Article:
This editorial will appear in Monday’s print edition.
Pierce County Councilman Dick Muri recently summed up what’s wrong with the county’s lax fireworks law:
“It’s not Independence Week that I know of,” he said, referring to the fact that residents of the unincorporated county can legally set off “safe and sane” fireworks for 11 hours daily during the eight days between June 28 and July 5. Muri is part of a County Council committee exploring whether to reduce the hours and days fireworks can be set off or to ban them outright.
If shooting off fireworks truly is an expression of patriotic fervor, celebrating July Fourth’s role in the nation’s history, why allow it more than a week before Independence Day? Or the day after?
“We could maybe at least keep the carnage down to one day,” Muri sensibly suggests.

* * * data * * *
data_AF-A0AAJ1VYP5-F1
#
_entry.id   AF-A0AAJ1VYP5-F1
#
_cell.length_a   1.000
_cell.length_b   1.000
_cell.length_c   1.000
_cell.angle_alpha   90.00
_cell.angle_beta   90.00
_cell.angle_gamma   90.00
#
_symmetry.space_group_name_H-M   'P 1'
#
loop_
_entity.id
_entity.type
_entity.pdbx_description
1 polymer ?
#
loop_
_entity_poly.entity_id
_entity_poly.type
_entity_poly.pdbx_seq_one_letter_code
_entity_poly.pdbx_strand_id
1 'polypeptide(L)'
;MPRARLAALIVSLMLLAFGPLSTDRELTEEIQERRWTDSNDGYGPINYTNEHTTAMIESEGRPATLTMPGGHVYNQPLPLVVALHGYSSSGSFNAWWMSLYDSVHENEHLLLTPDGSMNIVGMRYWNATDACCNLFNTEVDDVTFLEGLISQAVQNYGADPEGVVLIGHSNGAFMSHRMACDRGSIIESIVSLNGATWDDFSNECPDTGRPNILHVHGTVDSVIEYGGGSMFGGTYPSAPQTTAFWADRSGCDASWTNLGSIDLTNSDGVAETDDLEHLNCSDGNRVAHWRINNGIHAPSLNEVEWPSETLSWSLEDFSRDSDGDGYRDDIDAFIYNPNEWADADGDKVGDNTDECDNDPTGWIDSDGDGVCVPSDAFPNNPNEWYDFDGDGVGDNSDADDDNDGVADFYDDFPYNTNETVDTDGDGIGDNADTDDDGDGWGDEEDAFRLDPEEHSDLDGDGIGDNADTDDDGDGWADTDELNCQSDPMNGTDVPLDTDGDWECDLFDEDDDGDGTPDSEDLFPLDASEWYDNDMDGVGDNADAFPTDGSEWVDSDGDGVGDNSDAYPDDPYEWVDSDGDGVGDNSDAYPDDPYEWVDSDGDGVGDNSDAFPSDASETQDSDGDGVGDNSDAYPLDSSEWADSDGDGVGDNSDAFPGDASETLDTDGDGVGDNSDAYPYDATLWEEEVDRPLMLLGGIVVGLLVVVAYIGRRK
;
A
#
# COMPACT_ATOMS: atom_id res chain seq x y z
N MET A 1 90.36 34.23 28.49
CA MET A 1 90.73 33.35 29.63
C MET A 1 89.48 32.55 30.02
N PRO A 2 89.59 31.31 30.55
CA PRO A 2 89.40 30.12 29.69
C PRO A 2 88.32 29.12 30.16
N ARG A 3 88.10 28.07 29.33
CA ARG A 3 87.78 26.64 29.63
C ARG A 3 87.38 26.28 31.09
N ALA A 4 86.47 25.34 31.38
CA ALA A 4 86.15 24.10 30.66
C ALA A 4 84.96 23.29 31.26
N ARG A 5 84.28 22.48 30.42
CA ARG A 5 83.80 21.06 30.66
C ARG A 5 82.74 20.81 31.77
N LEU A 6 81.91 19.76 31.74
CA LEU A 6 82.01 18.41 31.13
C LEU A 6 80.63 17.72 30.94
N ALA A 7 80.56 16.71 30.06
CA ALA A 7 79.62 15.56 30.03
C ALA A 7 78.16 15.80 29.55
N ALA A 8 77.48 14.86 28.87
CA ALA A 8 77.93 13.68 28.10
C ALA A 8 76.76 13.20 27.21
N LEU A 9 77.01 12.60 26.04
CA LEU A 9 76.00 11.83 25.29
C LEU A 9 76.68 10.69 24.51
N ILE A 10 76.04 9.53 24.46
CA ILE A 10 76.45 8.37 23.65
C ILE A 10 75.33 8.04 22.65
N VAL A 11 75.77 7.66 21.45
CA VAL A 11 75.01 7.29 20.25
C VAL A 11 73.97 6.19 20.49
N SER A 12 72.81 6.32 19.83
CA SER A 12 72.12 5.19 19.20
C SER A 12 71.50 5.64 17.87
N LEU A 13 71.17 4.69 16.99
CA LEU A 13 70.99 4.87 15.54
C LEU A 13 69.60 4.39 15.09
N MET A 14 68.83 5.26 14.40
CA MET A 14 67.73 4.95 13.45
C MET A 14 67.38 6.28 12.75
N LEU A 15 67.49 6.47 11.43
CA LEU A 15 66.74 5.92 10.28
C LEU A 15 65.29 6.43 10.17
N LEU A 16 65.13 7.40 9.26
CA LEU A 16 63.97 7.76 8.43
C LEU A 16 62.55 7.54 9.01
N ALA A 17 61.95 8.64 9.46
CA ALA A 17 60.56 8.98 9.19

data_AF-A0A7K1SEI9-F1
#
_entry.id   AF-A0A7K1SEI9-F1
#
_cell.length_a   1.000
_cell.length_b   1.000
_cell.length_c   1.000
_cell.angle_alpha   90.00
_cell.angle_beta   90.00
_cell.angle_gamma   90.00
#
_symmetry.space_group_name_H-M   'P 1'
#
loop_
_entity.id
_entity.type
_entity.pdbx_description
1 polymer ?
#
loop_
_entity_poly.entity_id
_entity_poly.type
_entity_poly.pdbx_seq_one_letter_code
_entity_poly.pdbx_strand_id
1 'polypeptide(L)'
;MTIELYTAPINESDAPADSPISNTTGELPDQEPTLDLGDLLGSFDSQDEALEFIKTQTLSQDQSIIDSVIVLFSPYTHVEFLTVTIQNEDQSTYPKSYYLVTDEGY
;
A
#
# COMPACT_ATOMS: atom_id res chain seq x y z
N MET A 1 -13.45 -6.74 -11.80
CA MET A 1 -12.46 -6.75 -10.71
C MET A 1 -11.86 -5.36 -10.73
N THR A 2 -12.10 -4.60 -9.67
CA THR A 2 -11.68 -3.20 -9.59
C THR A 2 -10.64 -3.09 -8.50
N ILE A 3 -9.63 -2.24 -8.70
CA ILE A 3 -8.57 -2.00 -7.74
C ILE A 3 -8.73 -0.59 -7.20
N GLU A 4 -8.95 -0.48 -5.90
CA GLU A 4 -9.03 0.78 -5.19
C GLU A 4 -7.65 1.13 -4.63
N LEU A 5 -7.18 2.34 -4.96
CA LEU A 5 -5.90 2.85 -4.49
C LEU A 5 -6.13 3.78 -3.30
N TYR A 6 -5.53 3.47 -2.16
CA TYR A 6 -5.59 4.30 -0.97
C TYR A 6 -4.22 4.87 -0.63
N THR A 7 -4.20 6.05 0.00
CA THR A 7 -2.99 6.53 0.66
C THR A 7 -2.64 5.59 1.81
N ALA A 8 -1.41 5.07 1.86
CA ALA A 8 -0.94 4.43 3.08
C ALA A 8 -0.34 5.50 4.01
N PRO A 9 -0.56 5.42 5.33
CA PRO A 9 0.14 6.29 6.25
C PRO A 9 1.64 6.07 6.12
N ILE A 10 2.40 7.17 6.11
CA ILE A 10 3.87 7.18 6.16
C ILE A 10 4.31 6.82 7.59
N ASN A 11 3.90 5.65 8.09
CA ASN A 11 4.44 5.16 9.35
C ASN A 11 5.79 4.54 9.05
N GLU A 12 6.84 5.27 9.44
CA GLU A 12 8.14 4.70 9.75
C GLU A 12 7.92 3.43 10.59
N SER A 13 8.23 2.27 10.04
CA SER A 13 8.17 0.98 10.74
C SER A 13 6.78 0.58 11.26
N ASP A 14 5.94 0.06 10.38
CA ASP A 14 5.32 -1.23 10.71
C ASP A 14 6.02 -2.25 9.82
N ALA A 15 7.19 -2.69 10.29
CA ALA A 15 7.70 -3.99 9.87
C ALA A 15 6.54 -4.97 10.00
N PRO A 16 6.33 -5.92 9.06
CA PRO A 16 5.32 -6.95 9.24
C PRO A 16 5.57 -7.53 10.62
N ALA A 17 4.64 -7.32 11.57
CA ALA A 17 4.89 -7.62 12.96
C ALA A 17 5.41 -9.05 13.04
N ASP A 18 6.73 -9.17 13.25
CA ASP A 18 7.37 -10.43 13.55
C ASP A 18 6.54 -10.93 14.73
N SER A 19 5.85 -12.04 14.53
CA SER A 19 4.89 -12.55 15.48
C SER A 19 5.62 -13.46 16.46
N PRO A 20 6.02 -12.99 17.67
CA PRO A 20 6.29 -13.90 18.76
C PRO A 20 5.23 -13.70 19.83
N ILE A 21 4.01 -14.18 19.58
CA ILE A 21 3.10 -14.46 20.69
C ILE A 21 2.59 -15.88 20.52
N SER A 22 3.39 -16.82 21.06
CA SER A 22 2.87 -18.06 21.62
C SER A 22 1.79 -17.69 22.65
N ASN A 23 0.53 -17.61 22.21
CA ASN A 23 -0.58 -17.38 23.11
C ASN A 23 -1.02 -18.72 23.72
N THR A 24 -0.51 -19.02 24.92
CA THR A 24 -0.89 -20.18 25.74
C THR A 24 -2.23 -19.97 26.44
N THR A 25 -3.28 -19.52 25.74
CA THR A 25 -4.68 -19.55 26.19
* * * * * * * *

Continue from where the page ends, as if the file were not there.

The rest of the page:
That would be more in keeping with neighboring counties. Fireworks are limited to July 4 in unincorporated King County and to July 3 and 4 in Thurston.
The towns and cities in Pierce County have a hodgepodge of laws regarding when fireworks can be set off. Some cities allow them July 3-5, including Lakewood and Bonney Lake. Others allow them for several days before the Fourth and the day after, including Gig Harbor, Fife, Buckley and Roy. They’re limited to July 4 in Milton, Auburn, Orting, Pacific, Puyallup, Sumner and University Place.
Cities that ban fireworks outright – including Tacoma, Steilacoom, Ruston, Fircrest, Lacey, Federal Way and Des Moines – don’t completely escape the noise and fire threat. Invariably some people choose to ignore the law, but bans probably do reduce the problem somewhat.
And let’s be honest here: The “safe and sane” fireworks – the kind that can be bought at the temporary stands set up in grocery store parking lots – aren’t the ones causing the noise, injuries and fires, it’s the “unsafe and insane” fireworks sold on tribal lands. But if the time frame for “safe and sane” types is limited, it likely will cut down on the other kind, too.
Ideally, fireworks should be left to the experts. But at the very least, Pierce County and its cities should strive for more uniformity in their laws. Limiting fireworks to the actual day that is supposedly being celebrated is a good start.